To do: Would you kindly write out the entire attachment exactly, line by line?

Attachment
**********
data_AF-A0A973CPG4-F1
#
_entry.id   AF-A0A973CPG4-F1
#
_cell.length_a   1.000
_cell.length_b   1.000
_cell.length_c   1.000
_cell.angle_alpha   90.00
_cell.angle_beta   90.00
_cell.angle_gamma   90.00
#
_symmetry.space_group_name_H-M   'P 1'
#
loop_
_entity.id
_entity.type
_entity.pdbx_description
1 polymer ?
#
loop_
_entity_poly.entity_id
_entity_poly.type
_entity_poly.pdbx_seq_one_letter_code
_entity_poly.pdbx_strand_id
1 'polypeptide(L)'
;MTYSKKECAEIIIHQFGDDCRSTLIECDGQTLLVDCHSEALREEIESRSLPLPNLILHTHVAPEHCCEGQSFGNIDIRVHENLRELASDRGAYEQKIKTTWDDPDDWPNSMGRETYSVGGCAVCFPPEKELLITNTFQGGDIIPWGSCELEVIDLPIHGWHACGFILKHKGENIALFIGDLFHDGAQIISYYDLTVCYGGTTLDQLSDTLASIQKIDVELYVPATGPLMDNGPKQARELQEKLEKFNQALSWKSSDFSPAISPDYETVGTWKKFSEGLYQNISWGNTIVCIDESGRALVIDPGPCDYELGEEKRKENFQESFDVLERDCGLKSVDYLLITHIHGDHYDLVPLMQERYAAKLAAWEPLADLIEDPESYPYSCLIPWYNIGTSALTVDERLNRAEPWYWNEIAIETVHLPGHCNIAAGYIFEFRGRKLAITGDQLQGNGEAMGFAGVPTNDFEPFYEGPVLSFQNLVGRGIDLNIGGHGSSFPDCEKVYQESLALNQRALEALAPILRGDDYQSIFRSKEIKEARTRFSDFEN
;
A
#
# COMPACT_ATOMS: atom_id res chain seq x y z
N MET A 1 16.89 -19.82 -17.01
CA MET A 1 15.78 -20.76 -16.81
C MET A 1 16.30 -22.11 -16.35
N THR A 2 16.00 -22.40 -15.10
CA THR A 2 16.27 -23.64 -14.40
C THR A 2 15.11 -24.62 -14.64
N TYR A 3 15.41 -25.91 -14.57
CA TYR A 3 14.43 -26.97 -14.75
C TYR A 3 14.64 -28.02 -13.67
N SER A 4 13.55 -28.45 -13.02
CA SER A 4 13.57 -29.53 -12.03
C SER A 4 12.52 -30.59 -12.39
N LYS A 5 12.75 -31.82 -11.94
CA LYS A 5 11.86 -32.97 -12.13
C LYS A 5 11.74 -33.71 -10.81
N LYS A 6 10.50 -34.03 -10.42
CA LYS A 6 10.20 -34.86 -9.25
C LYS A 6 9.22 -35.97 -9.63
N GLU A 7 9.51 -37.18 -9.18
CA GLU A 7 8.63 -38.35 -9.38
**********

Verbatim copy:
data_AF-A0A973CPG4-F1
#
_entry.id   AF-A0A973CPG4-F1
#
_cell.length_a   1.000
_cell.length_b   1.000
_cell.length_c   1.000
_cell.angle_alpha   90.00
_cell.angle_beta   90.00
_cell.angle_gamma   90.00
#
_symmetry.space_group_name_H-M   'P 1'
#
loop_
_entity.id
_entity.type
_entity.pdbx_description
1 polymer ?
#
loop_
_entity_poly.entity_id
_entity_poly.type
_entity_poly.pdbx_seq_one_letter_code
_entity_poly.pdbx_strand_id
1 'polypeptide(L)'
;MTYSKKECAEIIIHQFGDDCRSTLIECDGQTLLVDCHSEALREEIESRSLPLPNLILHTHVAPEHCCEGQSFGNIDIRVHENLRELASDRGAYEQKIKTTWDDPDDWPNSMGRETYSVGGCAVCFPPEKELLITNTFQGGDIIPWGSCELEVIDLPIHGWHACGFILKHKGENIALFIGDLFHDGAQIISYYDLTVCYGGTTLDQLSDTLASIQKIDVELYVPATGPLMDNGPKQARELQEKLEKFNQALSWKSSDFSPAISPDYETVGTWKKFSEGLYQNISWGNTIVCIDESGRALVIDPGPCDYELGEEKRKENFQESFDVLERDCGLKSVDYLLITHIHGDHYDLVPLMQERYAAKLAAWEPLADLIEDPESYPYSCLIPWYNIGTSALTVDERLNRAEPWYWNEIAIETVHLPGHCNIAAGYIFEFRGRKLAITGDQLQGNGEAMGFAGVPTNDFEPFYEGPVLSFQNLVGRGIDLNIGGHGSSFPDCEKVYQESLALNQRALEALAPILRGDDYQSIFRSKEIKEARTRFSDFEN
;
A
#
# COMPACT_ATOMS: atom_id res chain seq x y z
N MET A 1 16.89 -19.82 -17.01
CA MET A 1 15.78 -20.76 -16.81
C MET A 1 16.30 -22.11 -16.35
N THR A 2 16.00 -22.40 -15.10
CA THR A 2 16.27 -23.64 -14.40
C THR A 2 15.11 -24.62 -14.64
N TYR A 3 15.41 -25.91 -14.57
CA TYR A 3 14.43 -26.97 -14.75
C TYR A 3 14.64 -28.02 -13.67
N SER A 4 13.55 -28.45 -13.02
CA SER A 4 13.57 -29.53 -12.03
C SER A 4 12.52 -30.59 -12.39
N LYS A 5 12.75 -31.82 -11.94
CA LYS A 5 11.86 -32.97 -12.13
C LYS A 5 11.74 -33.71 -10.81
N LYS A 6 10.50 -34.03 -10.42
CA LYS A 6 10.20 -34.86 -9.25
C LYS A 6 9.22 -35.97 -9.63
N GLU A 7 9.51 -37.18 -9.18
CA GLU A 7 8.63 -38.35 -9.38